Can’t stay hard with a condom? Here’s why!

Finding a guy who likes sex with condoms is no easy feat. “It’s kind of like the difference between eating your favorite meal, and eating your favorite meal when you are sick and can’t taste anything,” comments from one user on Reddit. Given how bad the reputation of condoms is, it’s no wonder that so many men have trouble staying hard with them.

According to a study published in The Journal of Sexual Medicine, which surveyed 479 men between ages 18-24 years, 62 percent suffered from condom-associated erection problems (CAEP). When men find it difficult to stay hard and protected at the same time, they often choose—influenced by the heat of the moment—to risk STIs and unwanted pregnancy.

But it seems that condom-associated erectile problems often have nothing to do with condoms. “Men reporting any form of CAEP were significantly more likely than men reporting no CAEP to also report erection difficulties during sexual activity when not using condoms,” states the study. Blaming condoms for erectile problems is like blaming firefighters for starting fires—just because they are there doesn’t mean they are the ones to blame.

This article lists 3 common causes of erectile problems and explains how you can best deal with each of them. We encourage you to be as honest with yourself as you can while reading this article. Achieving rock hard erections might take more than just throwing the condom away, but we probably don’t need to tell you that it’s ultimately well worth the effort.

hand with condom

Choose the Right Size

Ego is your worst enemy when it comes to choosing the right condom size. If it weren’t Trojan condoms wouldn’t control 72 percent of all condom sales in the United States. Their Magnum condoms, which started out as a niche product, have become a status symbol. Most men don’t even care that Magnums aren’t much bigger than regular Trojans—they just want to play in the big boy’s league.

In reality, only about 15 to 20 percent of men need larger condoms. This is further evident based on the number of search results in Google. The phrase “condom too big” returns about 945,000 results, but the phrase “condom too small” returns only 692,000 results. Evidently, men tend to purchase condoms that are too large for them.

Finding out that the condom has a tendency to fall off when clothes are already on the floor can be a soul-crushing experience, one that’s almost guaranteed to result in future condom-associated erection problems.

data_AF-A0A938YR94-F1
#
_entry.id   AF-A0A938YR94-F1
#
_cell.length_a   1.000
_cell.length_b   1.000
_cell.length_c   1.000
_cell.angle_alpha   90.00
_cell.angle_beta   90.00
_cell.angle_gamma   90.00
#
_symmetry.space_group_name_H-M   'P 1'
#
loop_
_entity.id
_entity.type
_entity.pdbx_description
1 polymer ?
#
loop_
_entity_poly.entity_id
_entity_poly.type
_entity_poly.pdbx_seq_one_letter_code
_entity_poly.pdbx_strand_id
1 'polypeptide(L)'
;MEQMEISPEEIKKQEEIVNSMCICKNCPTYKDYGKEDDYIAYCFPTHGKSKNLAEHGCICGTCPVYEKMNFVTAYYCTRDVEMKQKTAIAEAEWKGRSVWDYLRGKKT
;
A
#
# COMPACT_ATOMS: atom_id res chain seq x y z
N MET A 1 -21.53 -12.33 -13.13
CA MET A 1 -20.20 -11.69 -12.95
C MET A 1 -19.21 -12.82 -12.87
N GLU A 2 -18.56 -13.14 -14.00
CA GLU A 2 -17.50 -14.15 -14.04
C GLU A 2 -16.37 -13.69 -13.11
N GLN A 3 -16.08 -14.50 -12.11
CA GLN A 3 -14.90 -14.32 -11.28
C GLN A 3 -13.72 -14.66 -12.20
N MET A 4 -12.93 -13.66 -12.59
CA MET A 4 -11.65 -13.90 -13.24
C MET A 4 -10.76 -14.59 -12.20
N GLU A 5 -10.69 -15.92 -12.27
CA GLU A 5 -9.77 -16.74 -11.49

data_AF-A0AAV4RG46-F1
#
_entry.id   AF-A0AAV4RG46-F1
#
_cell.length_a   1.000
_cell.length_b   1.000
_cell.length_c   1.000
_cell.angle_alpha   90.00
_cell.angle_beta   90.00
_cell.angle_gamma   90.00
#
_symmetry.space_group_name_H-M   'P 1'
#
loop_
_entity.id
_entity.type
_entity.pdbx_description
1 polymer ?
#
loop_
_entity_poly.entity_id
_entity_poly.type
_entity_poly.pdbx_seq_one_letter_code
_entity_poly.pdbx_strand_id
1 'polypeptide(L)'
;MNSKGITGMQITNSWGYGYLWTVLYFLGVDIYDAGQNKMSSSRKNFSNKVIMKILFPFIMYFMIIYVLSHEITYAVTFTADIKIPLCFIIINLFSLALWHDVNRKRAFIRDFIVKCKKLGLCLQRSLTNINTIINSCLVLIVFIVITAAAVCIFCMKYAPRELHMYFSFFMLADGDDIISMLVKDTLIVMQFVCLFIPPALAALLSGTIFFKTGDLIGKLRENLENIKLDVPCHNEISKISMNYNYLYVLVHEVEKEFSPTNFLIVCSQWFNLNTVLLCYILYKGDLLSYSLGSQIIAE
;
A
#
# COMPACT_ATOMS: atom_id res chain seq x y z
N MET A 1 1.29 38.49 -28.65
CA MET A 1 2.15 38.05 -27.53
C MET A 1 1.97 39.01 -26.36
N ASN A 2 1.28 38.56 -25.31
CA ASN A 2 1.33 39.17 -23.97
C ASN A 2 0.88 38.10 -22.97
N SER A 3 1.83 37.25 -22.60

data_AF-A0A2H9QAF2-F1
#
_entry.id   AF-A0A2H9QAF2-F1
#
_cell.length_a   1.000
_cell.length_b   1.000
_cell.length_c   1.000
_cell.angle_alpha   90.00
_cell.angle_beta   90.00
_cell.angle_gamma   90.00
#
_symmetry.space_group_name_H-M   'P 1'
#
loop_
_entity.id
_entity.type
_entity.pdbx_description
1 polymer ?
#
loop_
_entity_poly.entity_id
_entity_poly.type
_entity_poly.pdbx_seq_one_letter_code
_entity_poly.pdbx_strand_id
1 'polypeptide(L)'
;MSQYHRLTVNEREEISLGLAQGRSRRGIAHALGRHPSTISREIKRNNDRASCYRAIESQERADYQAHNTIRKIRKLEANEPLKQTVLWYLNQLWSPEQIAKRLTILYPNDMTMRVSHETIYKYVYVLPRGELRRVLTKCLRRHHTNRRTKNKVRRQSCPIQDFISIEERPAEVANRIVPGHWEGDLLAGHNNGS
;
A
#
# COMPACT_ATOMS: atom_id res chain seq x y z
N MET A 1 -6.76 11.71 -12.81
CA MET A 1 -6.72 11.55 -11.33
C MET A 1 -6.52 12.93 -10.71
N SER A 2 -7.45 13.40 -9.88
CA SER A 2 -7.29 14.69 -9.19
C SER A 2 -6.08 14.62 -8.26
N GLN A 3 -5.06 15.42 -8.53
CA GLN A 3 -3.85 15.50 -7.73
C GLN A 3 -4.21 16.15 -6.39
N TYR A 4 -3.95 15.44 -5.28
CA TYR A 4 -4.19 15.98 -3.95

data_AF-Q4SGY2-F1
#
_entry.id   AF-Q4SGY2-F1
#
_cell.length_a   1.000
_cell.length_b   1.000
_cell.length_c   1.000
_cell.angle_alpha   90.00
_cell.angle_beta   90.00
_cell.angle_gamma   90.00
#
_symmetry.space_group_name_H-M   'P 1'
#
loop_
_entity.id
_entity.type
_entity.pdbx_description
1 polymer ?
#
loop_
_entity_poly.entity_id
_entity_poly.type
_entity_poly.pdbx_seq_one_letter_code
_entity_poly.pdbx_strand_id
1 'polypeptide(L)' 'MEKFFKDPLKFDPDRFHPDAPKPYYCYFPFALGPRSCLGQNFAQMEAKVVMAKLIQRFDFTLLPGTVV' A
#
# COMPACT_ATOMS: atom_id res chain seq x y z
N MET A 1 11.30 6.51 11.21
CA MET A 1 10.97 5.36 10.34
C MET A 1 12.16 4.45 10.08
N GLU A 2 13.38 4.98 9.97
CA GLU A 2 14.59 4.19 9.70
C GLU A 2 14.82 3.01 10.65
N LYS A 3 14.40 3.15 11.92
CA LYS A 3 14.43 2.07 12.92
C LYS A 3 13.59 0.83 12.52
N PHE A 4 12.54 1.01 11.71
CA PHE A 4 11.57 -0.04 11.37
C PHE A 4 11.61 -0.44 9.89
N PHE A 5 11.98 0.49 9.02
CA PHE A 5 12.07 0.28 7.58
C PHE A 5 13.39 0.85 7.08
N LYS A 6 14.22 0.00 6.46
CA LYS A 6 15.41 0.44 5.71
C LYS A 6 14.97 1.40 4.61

Luckily, the solution is simple: be honest with yourself and resists the urge to buy XL condoms just because it strokes your ego. Regular condoms won’t make your penis any smaller, but they will give you and your partner the best protection against sexually transmitted diseases.

Give “No PMO” a Try

Heavy consumption of internet pornography has been linked by numerous studies with sexual dysfunctions. Physiologically, an hour or two long porn binge on the internet isn’t all that different from snorting a line of coke. With every new image or video, the brain is flooded with a sudden surge of neurotransmitters, ultimately resulting in down regulation of their receptors. While this also applies to real sex, internet pornography makes it worse because of its limitless nature. No matter what your kinks and fetishes are, you can indulge in them online and never run out of new material to discover.

Consequently, men often end up hooked on freakish pornography that has little to do with how real sex works and what most people would be willing to do in bed. It also doesn’t help that most consumers of internet porn use a very strong grip to maximize the pleasurable sensation when masturbating.

To undo the damage, it’s necessary to break the circle and stop masturbating to internet porn. “A few rare fellows recover very quickly, within a few weeks. It’s unlikely they had developed addiction-related brain changes. A few guys recover within 4–6 weeks. Most older guys, who did not grow up with the Internet, recover after 8–12 weeks of no porn, no masturbation, and no orgasm. However, they will continue to see improvements after their erections return,” writes Your Brain on Porn.

Get Rid of Your Anxiety—Not Condoms

Sex can be stressful, especially outside a monogamous relationship. We all have our own expectations, on top of what society perceives as good sex. Even the word performance, which we so often used when we talk about sex, conjures up images of tests, reviews, evaluations. It’s easy to develop an unhelpful mindset and see sex as something that must always be perfect.

In reality, it will almost never be. Sometimes you will be too tired, too stressed out, too sick, too worried, too horny, or too anxious. Accept this as something inevitable and don’t be too hard on yourself if you can’t perform like a porn star every single time. Neither will your partner, and both of you will have a much better time if you avoid the pressure of trying to live up to unrealistic expectations, instead of just having fun.